Schmidt did include a suggestive and misleading statement about Benghazi, the truth of which actually matters in our ongoing politics: “The emails also show that Mrs. Clinton was circulating information about the attacks in Benghazi that contradicted the Obama administration’s initial narrative of what occurred.”
Schmidt never explained what he meant by that suggestive statement. He devoted half of one sentence to that topic, two paragraphs to the photo-based fluffing which seemed to have him concerned.
This is what the children will be discussing for the next seventeen months, thanks to the pseudo-campaign’s absurd and amazing length. They’ll thrash about in piles of piddle, looking for personality-based trivia they can share and tilt.
That said, the most amazing campaign report that day appeared at the top of the page which bore the Christie/Clinton reports. This campaign report concerned Candidate Bush—and it was an obvious rerun.
The report was written by Nick Corasaniti, who's basically new to this game. In hard copy, it was bannered across the top of the page.
To an amazing degree, it told the same old story—a story the New York Times told us once before.
Corasaniti is a bright young fellow who seems to have studied Frank Bruni’s work. We say that because, sixteen years ago, Bruni—then a bright young reporter himself—wrote the exact same story about that year’s Candidate Bush!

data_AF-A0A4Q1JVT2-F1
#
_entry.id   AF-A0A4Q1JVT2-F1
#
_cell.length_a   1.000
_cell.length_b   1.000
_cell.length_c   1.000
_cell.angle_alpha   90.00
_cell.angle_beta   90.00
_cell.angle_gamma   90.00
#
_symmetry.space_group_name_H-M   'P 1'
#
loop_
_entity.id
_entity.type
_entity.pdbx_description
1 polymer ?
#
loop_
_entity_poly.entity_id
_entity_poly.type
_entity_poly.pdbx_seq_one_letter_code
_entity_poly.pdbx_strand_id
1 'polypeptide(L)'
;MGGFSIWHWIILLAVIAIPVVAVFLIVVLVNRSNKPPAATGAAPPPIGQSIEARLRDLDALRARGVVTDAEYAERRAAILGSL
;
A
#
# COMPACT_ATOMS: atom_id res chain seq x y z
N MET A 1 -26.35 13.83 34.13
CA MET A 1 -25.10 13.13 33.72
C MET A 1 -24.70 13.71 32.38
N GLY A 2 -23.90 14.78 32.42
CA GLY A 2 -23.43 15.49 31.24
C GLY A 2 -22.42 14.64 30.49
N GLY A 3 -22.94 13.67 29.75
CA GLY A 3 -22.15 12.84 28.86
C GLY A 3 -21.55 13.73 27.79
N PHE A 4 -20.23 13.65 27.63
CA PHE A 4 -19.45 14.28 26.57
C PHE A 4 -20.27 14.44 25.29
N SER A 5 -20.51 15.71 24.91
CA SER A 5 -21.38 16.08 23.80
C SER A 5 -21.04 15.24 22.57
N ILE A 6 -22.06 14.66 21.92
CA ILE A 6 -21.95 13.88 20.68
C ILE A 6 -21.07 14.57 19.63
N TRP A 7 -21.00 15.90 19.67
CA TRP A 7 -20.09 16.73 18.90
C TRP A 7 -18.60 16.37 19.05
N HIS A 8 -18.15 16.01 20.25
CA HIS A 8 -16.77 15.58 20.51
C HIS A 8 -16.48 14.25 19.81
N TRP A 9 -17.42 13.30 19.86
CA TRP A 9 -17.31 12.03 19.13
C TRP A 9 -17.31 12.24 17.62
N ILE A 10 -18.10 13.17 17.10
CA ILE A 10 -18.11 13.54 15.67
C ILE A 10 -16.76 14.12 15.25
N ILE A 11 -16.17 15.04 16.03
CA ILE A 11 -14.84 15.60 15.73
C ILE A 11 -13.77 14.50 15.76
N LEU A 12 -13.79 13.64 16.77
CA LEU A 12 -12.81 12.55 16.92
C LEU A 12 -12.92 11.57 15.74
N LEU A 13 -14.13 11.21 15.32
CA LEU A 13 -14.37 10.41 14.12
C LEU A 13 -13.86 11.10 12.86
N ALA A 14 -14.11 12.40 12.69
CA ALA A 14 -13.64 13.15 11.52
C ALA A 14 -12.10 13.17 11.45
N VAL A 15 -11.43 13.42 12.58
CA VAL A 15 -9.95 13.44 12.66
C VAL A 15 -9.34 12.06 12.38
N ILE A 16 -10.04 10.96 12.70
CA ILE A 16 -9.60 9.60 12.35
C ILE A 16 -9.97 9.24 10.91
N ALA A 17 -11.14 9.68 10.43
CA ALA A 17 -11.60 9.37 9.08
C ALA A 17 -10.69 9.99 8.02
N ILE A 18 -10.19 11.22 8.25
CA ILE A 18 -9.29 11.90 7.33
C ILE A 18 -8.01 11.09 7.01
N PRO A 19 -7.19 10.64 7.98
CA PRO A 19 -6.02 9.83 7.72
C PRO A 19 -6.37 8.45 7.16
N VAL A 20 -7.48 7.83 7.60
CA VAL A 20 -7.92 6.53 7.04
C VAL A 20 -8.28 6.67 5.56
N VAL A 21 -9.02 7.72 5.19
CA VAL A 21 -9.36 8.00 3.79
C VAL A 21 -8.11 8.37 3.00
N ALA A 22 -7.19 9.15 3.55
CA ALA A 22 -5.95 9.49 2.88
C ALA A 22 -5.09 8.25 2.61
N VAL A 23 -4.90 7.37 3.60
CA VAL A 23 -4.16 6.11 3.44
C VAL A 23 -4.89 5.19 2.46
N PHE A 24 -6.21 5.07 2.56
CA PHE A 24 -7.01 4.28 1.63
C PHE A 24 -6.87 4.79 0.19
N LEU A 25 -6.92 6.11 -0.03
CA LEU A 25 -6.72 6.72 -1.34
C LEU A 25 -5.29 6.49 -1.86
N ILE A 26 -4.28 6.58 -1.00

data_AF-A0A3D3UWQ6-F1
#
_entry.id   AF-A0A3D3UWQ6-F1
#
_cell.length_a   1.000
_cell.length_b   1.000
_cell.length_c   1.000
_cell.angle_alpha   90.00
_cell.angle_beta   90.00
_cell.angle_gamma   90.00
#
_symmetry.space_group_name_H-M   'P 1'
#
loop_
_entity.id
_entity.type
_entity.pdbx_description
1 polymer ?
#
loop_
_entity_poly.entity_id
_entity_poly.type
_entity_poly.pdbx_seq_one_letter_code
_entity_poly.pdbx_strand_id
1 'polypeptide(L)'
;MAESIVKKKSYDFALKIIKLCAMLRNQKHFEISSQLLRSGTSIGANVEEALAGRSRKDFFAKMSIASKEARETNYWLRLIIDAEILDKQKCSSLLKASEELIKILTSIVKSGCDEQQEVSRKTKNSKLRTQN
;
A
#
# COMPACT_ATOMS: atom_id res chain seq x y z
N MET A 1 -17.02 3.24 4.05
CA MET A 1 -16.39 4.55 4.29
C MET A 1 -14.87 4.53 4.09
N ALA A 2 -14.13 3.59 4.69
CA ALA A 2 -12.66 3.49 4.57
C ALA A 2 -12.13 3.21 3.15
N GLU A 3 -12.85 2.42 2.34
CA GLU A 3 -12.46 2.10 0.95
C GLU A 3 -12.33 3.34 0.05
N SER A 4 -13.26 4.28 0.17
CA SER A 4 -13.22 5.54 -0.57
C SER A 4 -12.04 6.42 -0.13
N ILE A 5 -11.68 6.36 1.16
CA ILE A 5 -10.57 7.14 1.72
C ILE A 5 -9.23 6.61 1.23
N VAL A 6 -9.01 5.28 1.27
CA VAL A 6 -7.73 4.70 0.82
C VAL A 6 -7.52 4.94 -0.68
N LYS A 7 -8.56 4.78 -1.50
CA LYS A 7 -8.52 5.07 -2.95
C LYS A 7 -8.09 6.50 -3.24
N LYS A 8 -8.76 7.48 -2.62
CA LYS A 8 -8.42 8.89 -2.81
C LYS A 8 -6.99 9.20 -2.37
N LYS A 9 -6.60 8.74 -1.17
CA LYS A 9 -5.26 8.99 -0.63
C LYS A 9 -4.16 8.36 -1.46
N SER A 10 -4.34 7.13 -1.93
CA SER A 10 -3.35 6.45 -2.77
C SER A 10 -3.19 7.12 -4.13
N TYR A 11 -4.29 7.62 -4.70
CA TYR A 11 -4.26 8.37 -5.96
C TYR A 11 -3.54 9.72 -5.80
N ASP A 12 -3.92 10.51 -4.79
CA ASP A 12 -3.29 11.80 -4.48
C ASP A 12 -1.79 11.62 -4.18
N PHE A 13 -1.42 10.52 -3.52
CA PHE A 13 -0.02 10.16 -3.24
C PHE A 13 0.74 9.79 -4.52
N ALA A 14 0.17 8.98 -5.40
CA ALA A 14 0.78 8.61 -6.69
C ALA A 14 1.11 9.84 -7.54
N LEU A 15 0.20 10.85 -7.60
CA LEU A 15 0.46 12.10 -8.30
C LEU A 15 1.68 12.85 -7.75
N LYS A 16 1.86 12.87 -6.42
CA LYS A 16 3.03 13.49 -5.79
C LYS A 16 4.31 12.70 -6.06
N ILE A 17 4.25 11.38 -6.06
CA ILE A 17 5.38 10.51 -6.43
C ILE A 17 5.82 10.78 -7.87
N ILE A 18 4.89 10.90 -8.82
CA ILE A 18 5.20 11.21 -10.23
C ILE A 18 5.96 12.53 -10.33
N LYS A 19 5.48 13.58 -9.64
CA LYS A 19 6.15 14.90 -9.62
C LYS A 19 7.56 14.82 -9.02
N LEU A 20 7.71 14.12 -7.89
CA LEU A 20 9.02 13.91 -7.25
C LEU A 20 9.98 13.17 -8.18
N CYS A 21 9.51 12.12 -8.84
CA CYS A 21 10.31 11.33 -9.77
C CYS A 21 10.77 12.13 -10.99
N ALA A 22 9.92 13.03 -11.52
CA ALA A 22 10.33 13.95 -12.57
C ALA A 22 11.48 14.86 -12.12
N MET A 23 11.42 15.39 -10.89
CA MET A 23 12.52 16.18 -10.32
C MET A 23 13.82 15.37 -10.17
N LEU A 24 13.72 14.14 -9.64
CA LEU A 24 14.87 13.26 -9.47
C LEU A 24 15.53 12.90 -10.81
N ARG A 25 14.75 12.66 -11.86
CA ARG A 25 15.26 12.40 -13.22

In fact, he wrote it several times. But then, so did other Timesmen, including the late Johnny Apple. Beyond that, endless versions of this story were written about Candidate McCain.
Corasaniti graduated from [Ithaca College] in 2008. Initially, it looks like his background was in sports. But then, Bruni wrote about movies before he began his famous fluffing of that year's Candidate Bush.
Whatever! Last Friday, Corasaniti wrote the same “news report” Bruni wrote in 1999. Along with the amazing length of the pseudo-campaign and the sheer inanity of the reporting, you’re being handed the same old stories you consumed in predecessor campaigns.
Tomorrow, we’ll look at Corasaniti’s faithful rewrite of Bruni’s fatuous work. As the week proceeds, we’ll examine several other “same old stories” which popped up over the weekend in the Post and the Times.
On the whole, those stories should be rejected. So should the silly children who write them.
That process should start right now. As we all understand, it won’t.
Tomorrow: Channeling Bruni